METHOD AND APPARATUS TO SCRIBE THIN FILM LAYERS OF CADMIUM TELLURIDE SOLAR CELLS
A method of laser scribing a CdTe solar cell structure includes providing a laser operable to produce an optical pulse. The optical pulse is characterized by a temporal profile having a first power level during a first portion of the optical pulse and a second power level less than the first power level during a second portion of the optical pulse. The method also includes directing the optical pulse to impinge on the CdTe solar cell structure. The CdTe solar cell structure includes a substrate, a transmission spectrum control layer adjacent the substrate; a barrier layer adjacent the transmission spectrum control layer, and a conductive layer adjacent the barrier layer. The method further includes initiating a removal process for the conductive layer and terminating the removal process prior to removing the insulating layer.
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CROSS-REFERENCES TO RELATED APPLICATIONS
This application is a continuation-in-part of U.S. patent application Ser. No. 12/889,435, filed on Sep. 24, 2010, entitled “Method and Apparatus to Scribe a Line in a Thin Film Material Using a Burst of Laser Pulses With Beneficial Pulse Shape,” which claims priority to U.S. Provisional Patent Application No. 61/245,582, filed on Sep. 24, 2009, entitled “Method and Apparatus to Scribe a Line in a Thin Film Material Using a Burst of Laser Pulses With Beneficial Pulse Shape,” the disclosures of which are hereby incorporated by reference in their entirety for all purposes.
BACKGROUND OF THE INVENTION
The present invention relates generally to laser processing of materials. More particularly, the present invention relates to methods and apparatus employing a series of laser pulses which have been specifically shaped to provide better processing quality and higher throughput in laser processing applications. The present invention also relates to scribing of thin film materials on a substrate. However, the invention has broader applicability and can be applied to other applications and materials.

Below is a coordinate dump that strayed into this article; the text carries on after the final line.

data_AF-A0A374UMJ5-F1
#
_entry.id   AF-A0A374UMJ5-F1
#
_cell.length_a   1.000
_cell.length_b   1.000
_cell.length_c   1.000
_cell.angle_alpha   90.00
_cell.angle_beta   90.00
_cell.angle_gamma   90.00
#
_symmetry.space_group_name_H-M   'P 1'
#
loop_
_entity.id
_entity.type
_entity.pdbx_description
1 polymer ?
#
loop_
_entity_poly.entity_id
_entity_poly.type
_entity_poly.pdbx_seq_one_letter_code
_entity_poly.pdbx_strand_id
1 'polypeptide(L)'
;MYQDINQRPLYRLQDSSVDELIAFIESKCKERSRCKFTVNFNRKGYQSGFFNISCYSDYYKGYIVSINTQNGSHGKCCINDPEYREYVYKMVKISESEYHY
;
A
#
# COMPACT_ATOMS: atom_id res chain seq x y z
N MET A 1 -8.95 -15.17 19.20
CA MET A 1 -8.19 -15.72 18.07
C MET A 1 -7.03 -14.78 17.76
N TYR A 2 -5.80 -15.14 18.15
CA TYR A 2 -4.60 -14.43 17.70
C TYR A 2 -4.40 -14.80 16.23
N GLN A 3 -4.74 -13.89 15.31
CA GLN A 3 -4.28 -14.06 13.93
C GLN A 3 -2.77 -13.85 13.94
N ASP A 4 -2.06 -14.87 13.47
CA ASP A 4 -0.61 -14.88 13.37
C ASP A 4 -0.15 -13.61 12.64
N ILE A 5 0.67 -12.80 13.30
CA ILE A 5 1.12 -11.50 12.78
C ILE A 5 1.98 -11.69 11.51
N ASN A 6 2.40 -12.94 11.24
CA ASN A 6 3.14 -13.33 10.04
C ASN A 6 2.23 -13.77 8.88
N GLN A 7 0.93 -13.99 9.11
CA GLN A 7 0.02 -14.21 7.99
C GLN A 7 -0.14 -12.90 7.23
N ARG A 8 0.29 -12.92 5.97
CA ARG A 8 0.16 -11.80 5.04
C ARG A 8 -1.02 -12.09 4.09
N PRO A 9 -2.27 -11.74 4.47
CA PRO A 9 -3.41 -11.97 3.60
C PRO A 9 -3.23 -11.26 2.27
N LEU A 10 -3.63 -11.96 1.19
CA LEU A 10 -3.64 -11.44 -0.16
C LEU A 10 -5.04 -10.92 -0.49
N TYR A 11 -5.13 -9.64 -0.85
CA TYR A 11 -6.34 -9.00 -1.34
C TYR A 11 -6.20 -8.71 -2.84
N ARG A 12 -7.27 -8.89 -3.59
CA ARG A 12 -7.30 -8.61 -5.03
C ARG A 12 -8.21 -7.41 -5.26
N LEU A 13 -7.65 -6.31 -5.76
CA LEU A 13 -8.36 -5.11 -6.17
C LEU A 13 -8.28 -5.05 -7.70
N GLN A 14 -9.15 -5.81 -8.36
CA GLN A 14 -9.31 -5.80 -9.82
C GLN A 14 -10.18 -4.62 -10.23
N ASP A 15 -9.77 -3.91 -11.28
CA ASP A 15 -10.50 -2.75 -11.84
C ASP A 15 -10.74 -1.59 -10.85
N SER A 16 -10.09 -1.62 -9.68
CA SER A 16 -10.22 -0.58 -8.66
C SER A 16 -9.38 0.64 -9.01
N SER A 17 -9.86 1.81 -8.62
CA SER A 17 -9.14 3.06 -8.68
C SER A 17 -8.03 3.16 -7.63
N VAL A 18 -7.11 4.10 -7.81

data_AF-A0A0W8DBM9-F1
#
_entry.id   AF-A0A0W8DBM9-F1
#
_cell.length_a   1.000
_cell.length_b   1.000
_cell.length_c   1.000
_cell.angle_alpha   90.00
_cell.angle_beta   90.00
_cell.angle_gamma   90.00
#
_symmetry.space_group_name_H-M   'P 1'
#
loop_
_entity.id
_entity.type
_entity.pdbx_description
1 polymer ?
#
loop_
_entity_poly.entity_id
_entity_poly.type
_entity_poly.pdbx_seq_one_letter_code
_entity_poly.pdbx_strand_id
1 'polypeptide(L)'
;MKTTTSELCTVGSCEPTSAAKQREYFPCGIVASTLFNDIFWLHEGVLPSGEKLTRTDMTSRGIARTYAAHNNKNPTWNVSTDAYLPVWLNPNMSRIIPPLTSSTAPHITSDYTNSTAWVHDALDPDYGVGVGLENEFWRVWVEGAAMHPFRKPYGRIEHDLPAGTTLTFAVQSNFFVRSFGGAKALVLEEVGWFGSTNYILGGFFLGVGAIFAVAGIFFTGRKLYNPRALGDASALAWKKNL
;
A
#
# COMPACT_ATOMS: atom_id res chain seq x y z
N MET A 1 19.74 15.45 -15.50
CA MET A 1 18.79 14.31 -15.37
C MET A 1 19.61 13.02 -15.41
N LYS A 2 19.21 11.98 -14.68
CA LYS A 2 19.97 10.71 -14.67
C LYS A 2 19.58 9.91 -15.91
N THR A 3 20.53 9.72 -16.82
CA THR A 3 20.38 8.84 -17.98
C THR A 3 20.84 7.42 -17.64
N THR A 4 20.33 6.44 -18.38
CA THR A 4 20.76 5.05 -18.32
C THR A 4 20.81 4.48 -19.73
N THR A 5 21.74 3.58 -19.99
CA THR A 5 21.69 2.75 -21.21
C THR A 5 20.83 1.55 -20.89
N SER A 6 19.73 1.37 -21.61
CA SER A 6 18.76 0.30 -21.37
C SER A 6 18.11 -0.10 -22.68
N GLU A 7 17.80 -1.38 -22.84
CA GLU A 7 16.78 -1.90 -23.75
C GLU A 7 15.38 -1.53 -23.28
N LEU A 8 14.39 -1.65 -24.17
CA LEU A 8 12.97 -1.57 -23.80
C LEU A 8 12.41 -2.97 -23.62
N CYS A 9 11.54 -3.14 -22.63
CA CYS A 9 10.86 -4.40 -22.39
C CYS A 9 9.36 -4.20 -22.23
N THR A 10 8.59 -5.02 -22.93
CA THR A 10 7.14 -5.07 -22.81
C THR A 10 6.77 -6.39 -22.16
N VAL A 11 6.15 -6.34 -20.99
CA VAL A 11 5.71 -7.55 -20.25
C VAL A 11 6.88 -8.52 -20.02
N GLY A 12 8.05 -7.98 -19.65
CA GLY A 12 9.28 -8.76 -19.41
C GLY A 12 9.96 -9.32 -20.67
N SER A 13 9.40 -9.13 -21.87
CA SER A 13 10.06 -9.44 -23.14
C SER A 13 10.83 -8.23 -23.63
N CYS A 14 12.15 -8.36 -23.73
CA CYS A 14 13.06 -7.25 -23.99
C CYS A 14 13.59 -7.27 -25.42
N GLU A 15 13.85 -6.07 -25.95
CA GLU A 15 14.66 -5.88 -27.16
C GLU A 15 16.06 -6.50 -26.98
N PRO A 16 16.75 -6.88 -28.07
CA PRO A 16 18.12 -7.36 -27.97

Pulsed laser sources, such as Nd:YAG lasers, have been used to perform laser-based material processing for applications such as marking, engraving, micro-machining, cutting, and scribing. One such process where lasers are commonly used is scribing lines in a thin film of material on a thicker substrate. A thin film is defined in very general terms as a layer of material which is only a few molecules thick. In practice, a thin film is typically between 25 nm and 2 microns in thickness. A substrate is a material upon which the thin film is deposited and typically the substrate is substantially thicker than the thin film. There are many examples of the use of thin films in areas such as electronic devices, electro-optical devices, optical devices, and corrosion protection. For example, photovoltaic or solar cells can have thin films of amorphous silicon, cadmium telluride, copper indium diselenide, copper indium gallium diselenide, or molybdenum, and electrodes made using thin films of transparent conductive oxide (TCO) material such as indium tin oxide (ITO), zinc oxide (ZnO) and oxides of other metals such as aluminum or molybdenum. Thin films of these and other materials are also used in flat panel displays and digital displays.
Scribing a line in a thin film material on a thicker substrate means to remove all the thin film material down to the substrate and do this along a line. For relatively thick lines, a knife can be used but it often results in rough edges and incomplete removal of the thin film material. The width of the line required in electronic devices can be very thin. Lasers are used for the application of scribing lines in thin film materials because they can be used to cut a very thin line and cleanly ablate the thin film material.
When scribing TCO, one parameter that is monitored is the resistivity achieved across the scribed line. The resistivity is affected by the amount of TCO material which is removed in the scribing process and the goal therefore is to remove all the TCO material in the groove being cut. One issue can be the amount of residue and debris which is generated in the cutting process. Ablated TCO material can fall across the groove as it is being scribed and thereby reduce the resistivity. Even if this does not happen immediately, the presence of debris can result in a reduction in resistivity sometime later if the debris is swept into the groove. A goal of the manufacturing process is to minimize the amount of residue and debris. For this reason, laser scribing often takes place with the beam passing through the glass substrate so that it is a “second-surface” process; although this helps to reduce the amount of residue and debris which sticks to the surface, some residue and debris remains. A typical acceptable value of resistivity is 200 MegaOhm although the ideal value depends on the application